Exciting new technology development and impressive grantsmanship marked a highly productive year for UTIA faculty. Several multimillion-dollar competitive grants were awarded to UTIA faculty. Twenty invention disclosures were developed in 2014, originating from most UTIA departments including the College of Veterinary Medicine. Additionally, fourteen patent applications were submitted with eleven national and international patents awarded in 2014, demonstrating the mission orientation of UTIA’s work. Many of these awarded patents resulted in faculty-driven startup company formation along with new innovations that were highly sought after by private companies for licensing opportunities.

As institutions increase in status and reputation, an increase in larger (dollar-value) awards are typically observed. We are beginning to see this trend within UTIA over the past several years. Many new large awards today are transdisciplinary and multi-institutional, with the total budget distributed across multiple departments and institutions. Even though the total award is shared, UTIA faculty members are serving as the lead principal investigator for many of these large awards, thus increasing UTIA’s status among peer institutions, federal agencies, and other partners. For example, Dr. Neal Stewart, Racheff Chair in plant molecular biology in the Department of Plant Sciences, was recently awarded more than $2 million from the U.S. Department of Energy to develop new ways of transforming switchgrass as an improved feedstock for the biobased economy in the development of biobased fuels, chemicals, and materials. Dr. Doug Hayes, professor in the Department of Biosystems Engineering and Soil Science, was recently awarded, as lead principal investigator, more than $2 million from the USDA under the Specialty Crop Program to develop new biodegradable mulches for enhanced environmental sustainability in specialty crop production. Dr. Tim Rials, professor and director of the Center for Renewable Carbon, is serving as the lead principal investigator on a five-year, $15 million multi-institutional Coordinated Agricultural Project grant from the USDA. This project will develop an integrated biomass supply system for the delivery of feedstock to the biorefinery to enhance the biobased economy.

The projects discussed above will yield new knowledge and discoveries that will help our clientele in their operations. Some projects will develop new information and technologies that are protectable through various intellectual property protection options such as patents or copyrights. In some cases these technologies are licensed to a private company for commercialization to the market; many times research agreements result between the private company and UTIA for additional work. In other cases, the technology may be delivered to the marketplace through the development of a startup company, several of which have been established recently as a result of UTIA faculty technologies; a few are described below.

Highly valued technologies and innovations are reinforced by a suite of protected intellectual property that capitalizes a given area of science. Based on several patents,

Drs. Neal Schrick and Lannett Edwards formed the startup company, Fertility Focus. This company focuses on technologies that increase reproductive efficiency and have application in farm animal as well as human reproduction. An additional patent was awarded in 2014, focused on improving embryo development and survival, that will add to the portfolio of technologies commercialized by this company, thus increasing its value.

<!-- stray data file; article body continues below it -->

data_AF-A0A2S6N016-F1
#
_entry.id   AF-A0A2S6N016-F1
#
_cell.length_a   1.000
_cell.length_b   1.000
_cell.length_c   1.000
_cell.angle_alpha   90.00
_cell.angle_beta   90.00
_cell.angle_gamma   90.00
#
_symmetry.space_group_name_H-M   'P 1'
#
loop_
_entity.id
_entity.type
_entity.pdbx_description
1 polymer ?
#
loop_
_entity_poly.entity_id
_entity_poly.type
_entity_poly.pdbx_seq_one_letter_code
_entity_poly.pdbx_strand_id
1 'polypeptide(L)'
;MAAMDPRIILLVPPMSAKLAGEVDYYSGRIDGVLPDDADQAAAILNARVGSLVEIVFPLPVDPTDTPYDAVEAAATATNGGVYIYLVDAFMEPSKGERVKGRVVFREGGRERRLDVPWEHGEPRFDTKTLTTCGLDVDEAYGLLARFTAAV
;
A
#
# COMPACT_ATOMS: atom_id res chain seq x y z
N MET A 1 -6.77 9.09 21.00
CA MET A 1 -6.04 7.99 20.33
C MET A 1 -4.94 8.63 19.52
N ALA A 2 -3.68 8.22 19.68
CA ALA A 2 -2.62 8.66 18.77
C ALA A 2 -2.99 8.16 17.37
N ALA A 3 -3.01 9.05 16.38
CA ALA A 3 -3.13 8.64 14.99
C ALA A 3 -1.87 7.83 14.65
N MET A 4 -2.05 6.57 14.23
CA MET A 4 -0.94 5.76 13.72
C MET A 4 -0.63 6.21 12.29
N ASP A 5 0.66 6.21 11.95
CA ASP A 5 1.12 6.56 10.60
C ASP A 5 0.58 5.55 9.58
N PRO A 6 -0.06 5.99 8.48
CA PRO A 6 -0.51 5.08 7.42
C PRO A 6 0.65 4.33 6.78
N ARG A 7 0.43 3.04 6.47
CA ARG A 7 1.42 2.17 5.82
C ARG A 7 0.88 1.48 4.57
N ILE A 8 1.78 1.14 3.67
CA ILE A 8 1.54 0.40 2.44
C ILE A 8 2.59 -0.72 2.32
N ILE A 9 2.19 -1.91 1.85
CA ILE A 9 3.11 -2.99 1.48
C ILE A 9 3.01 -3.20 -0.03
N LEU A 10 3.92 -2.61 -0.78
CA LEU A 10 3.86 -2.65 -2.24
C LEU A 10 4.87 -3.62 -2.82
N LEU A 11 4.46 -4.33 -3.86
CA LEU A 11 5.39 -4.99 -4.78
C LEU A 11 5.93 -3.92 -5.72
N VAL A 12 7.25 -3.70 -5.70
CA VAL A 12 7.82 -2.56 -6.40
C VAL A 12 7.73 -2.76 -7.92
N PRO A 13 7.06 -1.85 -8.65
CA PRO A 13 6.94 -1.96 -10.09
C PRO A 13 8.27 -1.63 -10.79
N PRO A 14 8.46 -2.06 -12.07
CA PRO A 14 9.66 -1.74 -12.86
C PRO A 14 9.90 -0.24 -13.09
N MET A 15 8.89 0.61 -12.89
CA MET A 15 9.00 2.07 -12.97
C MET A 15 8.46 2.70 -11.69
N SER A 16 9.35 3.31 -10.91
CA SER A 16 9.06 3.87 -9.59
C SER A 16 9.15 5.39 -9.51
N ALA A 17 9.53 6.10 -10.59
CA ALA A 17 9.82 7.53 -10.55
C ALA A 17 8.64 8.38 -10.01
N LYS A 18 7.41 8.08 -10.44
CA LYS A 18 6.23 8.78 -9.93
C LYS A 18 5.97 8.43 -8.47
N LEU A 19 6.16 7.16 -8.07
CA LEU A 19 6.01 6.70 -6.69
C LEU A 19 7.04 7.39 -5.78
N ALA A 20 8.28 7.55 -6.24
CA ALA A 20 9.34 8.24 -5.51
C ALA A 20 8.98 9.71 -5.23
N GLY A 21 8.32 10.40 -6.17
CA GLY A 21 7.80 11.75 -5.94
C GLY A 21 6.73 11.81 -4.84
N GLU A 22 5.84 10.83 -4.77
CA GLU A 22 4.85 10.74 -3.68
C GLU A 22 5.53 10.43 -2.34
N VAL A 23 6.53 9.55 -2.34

Dr. Kurt Lamour, professor in the Department of Entomology and Plant Pathology, has developed an application for genetic testing. His technology dramatically increases
testing capacity as compared to current technology while also significantly reducing cost. Dr. Lamour founded Floodlight Genomics in 2014 and has successfully marketed the process to an established company.

In winning the 2014 Tennessee Venture Challenge, Dr. John Sorochan, Distinguished Associate Professor in the Department of Plant Sciences, was awarded $30,000 to advance his startup company, QuickSod. Using Dr. Sorochan’s technology developed at UTIA, this company’s product provides an alternative to sod production that produces a high-quality sod in one-third the time as conventional methods. Weed pressure is reduced and the resulting sod is much lighter than conventional sod, resulting in a greater square footage of sod that can be transported on a semitrailer.

Tobacco companies have established a collaboration focused on the development of good agricultural practices (GAP) for their contract growers to follow. Jane Starnes, research associate, and Dr. Kelly Tiller, associate professor, both in the Department of Agricultural and Resource Economics, have active programs in tobacco policy and were instrumental in the tobacco buyout program many years ago. They, along with faculty from several other land-grant institutions in the southern region and representatives from many of the tobacco companies
and tobacco buyers, formed Gap Connections to provide training and certification for the conduct of good agricultural practices for tobacco growers.

As you can see from these innovations, researchers at UTIA are achieving great successes and strides in advancing our land-grant mission. This momentum is a result of priorities put in place in the past several years to lay a foundation for greater scientific endeavors. I am optimistic about the continued progress we will see in 2015, both in securing external funding to commercialize advanced-stage discoveries and in our bench-stage science.